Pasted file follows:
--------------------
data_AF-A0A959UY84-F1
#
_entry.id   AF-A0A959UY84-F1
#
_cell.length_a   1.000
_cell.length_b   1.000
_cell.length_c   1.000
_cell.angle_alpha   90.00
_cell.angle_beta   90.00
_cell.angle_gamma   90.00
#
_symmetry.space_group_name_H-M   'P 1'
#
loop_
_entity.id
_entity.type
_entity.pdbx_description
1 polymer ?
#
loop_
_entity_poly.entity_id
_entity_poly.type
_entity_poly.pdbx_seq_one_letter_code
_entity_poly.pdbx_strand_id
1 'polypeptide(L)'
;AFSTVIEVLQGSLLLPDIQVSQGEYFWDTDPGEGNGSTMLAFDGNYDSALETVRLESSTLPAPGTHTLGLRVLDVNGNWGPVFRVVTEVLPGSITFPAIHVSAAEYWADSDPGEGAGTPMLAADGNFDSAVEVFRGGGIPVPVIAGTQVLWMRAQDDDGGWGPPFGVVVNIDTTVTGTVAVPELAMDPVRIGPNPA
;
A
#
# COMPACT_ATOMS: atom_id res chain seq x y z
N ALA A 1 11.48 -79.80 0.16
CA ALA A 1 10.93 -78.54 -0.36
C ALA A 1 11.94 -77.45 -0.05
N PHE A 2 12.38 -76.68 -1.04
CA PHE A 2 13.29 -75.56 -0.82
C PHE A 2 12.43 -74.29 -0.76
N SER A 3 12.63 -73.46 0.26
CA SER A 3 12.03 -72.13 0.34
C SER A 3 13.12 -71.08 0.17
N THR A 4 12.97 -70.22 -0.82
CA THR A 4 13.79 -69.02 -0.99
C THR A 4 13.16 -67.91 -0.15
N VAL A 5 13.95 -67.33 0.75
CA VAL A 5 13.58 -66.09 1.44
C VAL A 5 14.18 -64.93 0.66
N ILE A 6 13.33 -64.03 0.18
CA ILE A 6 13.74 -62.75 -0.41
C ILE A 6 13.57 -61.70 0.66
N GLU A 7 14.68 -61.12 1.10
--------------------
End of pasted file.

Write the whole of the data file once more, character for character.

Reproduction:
data_AF-A0A959UY84-F1
#
_entry.id   AF-A0A959UY84-F1
#
_cell.length_a   1.000
_cell.length_b   1.000
_cell.length_c   1.000
_cell.angle_alpha   90.00
_cell.angle_beta   90.00
_cell.angle_gamma   90.00
#
_symmetry.space_group_name_H-M   'P 1'
#
loop_
_entity.id
_entity.type
_entity.pdbx_description
1 polymer ?
#
loop_
_entity_poly.entity_id
_entity_poly.type
_entity_poly.pdbx_seq_one_letter_code
_entity_poly.pdbx_strand_id
1 'polypeptide(L)'
;AFSTVIEVLQGSLLLPDIQVSQGEYFWDTDPGEGNGSTMLAFDGNYDSALETVRLESSTLPAPGTHTLGLRVLDVNGNWGPVFRVVTEVLPGSITFPAIHVSAAEYWADSDPGEGAGTPMLAADGNFDSAVEVFRGGGIPVPVIAGTQVLWMRAQDDDGGWGPPFGVVVNIDTTVTGTVAVPELAMDPVRIGPNPA
;
A
#
# COMPACT_ATOMS: atom_id res chain seq x y z
N ALA A 1 11.48 -79.80 0.16
CA ALA A 1 10.93 -78.54 -0.36
C ALA A 1 11.94 -77.45 -0.05
N PHE A 2 12.38 -76.68 -1.04
CA PHE A 2 13.29 -75.56 -0.82
C PHE A 2 12.43 -74.29 -0.76
N SER A 3 12.63 -73.46 0.26
CA SER A 3 12.03 -72.13 0.34
C SER A 3 13.12 -71.08 0.17
N THR A 4 12.97 -70.22 -0.82
CA THR A 4 13.79 -69.02 -0.99
C THR A 4 13.16 -67.91 -0.15
N VAL A 5 13.95 -67.33 0.75
CA VAL A 5 13.58 -66.09 1.44
C VAL A 5 14.18 -64.93 0.66
N ILE A 6 13.33 -64.03 0.18
CA ILE A 6 13.74 -62.75 -0.41
C ILE A 6 13.57 -61.70 0.66
N GLU A 7 14.68 -61.12 1.10